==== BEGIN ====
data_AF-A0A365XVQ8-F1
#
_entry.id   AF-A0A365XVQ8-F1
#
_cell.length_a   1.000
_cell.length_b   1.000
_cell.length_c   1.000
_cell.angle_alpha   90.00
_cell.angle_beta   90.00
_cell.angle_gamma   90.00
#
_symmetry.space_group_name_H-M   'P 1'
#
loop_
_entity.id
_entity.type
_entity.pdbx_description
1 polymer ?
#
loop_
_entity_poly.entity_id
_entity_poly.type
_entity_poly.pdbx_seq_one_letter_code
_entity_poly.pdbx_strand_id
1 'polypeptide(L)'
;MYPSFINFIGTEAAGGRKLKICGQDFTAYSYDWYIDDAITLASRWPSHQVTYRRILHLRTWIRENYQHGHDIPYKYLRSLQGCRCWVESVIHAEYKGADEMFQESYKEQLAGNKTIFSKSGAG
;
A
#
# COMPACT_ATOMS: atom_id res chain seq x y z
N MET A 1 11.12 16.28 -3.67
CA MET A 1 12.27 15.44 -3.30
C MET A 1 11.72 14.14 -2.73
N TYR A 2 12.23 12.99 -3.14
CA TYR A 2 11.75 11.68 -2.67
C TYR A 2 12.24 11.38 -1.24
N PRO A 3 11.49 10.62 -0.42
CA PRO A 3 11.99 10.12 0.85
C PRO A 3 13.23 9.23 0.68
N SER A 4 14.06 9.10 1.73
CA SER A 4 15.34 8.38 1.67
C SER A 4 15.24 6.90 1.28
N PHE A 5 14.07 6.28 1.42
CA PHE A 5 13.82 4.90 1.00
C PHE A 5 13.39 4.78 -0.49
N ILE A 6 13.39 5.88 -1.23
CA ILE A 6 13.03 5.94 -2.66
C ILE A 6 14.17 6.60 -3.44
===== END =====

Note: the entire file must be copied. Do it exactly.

data_AF-A0A365XVQ8-F1
#
_entry.id   AF-A0A365XVQ8-F1
#
_cell.length_a   1.000
_cell.length_b   1.000
_cell.length_c   1.000
_cell.angle_alpha   90.00
_cell.angle_beta   90.00
_cell.angle_gamma   90.00
#
_symmetry.space_group_name_H-M   'P 1'
#
loop_
_entity.id
_entity.type
_entity.pdbx_description
1 polymer ?
#
loop_
_entity_poly.entity_id
_entity_poly.type
_entity_poly.pdbx_seq_one_letter_code
_entity_poly.pdbx_strand_id
1 'polypeptide(L)'
;MYPSFINFIGTEAAGGRKLKICGQDFTAYSYDWYIDDAITLASRWPSHQVTYRRILHLRTWIRENYQHGHDIPYKYLRSLQGCRCWVESVIHAEYKGADEMFQESYKEQLAGNKTIFSKSGAG
;
A
#
# COMPACT_ATOMS: atom_id res chain seq x y z
N MET A 1 11.12 16.28 -3.67
CA MET A 1 12.27 15.44 -3.30
C MET A 1 11.72 14.14 -2.73
N TYR A 2 12.23 12.99 -3.14
CA TYR A 2 11.75 11.68 -2.67
C TYR A 2 12.24 11.38 -1.24
N PRO A 3 11.49 10.62 -0.42
CA PRO A 3 11.99 10.12 0.85
C PRO A 3 13.23 9.23 0.68
N SER A 4 14.06 9.10 1.73
CA SER A 4 15.34 8.38 1.67
C SER A 4 15.24 6.90 1.28
N PHE A 5 14.07 6.28 1.42
CA PHE A 5 13.82 4.90 1.00
C PHE A 5 13.39 4.78 -0.49
N ILE A 6 13.39 5.88 -1.23
CA ILE A 6 13.03 5.94 -2.66
C ILE A 6 14.17 6.60 -3.44